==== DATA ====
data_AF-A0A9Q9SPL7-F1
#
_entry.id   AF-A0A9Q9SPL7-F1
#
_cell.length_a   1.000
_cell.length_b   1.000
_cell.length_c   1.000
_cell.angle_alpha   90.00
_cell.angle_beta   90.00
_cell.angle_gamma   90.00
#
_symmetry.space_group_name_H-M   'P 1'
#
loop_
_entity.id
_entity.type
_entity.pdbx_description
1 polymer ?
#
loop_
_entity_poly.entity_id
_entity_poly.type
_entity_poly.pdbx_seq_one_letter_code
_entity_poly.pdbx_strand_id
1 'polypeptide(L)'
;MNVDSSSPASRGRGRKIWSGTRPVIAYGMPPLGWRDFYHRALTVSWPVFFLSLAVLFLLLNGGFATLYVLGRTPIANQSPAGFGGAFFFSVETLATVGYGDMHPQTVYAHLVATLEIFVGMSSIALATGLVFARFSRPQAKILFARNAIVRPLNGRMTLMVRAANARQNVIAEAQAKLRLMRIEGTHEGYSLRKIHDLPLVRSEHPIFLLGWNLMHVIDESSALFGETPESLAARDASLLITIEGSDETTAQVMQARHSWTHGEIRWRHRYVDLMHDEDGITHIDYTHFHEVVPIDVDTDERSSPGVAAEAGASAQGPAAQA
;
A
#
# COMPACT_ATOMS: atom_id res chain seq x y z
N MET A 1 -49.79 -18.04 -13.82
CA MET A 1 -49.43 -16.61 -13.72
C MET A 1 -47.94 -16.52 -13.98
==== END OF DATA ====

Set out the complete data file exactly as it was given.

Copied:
data_AF-A0A9Q9SPL7-F1
#
_entry.id   AF-A0A9Q9SPL7-F1
#
_cell.length_a   1.000
_cell.length_b   1.000
_cell.length_c   1.000
_cell.angle_alpha   90.00
_cell.angle_beta   90.00
_cell.angle_gamma   90.00
#
_symmetry.space_group_name_H-M   'P 1'
#
loop_
_entity.id
_entity.type
_entity.pdbx_description
1 polymer ?
#
loop_
_entity_poly.entity_id
_entity_poly.type
_entity_poly.pdbx_seq_one_letter_code
_entity_poly.pdbx_strand_id
1 'polypeptide(L)'
;MNVDSSSPASRGRGRKIWSGTRPVIAYGMPPLGWRDFYHRALTVSWPVFFLSLAVLFLLLNGGFATLYVLGRTPIANQSPAGFGGAFFFSVETLATVGYGDMHPQTVYAHLVATLEIFVGMSSIALATGLVFARFSRPQAKILFARNAIVRPLNGRMTLMVRAANARQNVIAEAQAKLRLMRIEGTHEGYSLRKIHDLPLVRSEHPIFLLGWNLMHVIDESSALFGETPESLAARDASLLITIEGSDETTAQVMQARHSWTHGEIRWRHRYVDLMHDEDGITHIDYTHFHEVVPIDVDTDERSSPGVAAEAGASAQGPAAQA
;
A
#
# COMPACT_ATOMS: atom_id res chain seq x y z
N MET A 1 -49.79 -18.04 -13.82
CA MET A 1 -49.43 -16.61 -13.72
C MET A 1 -47.94 -16.52 -13.98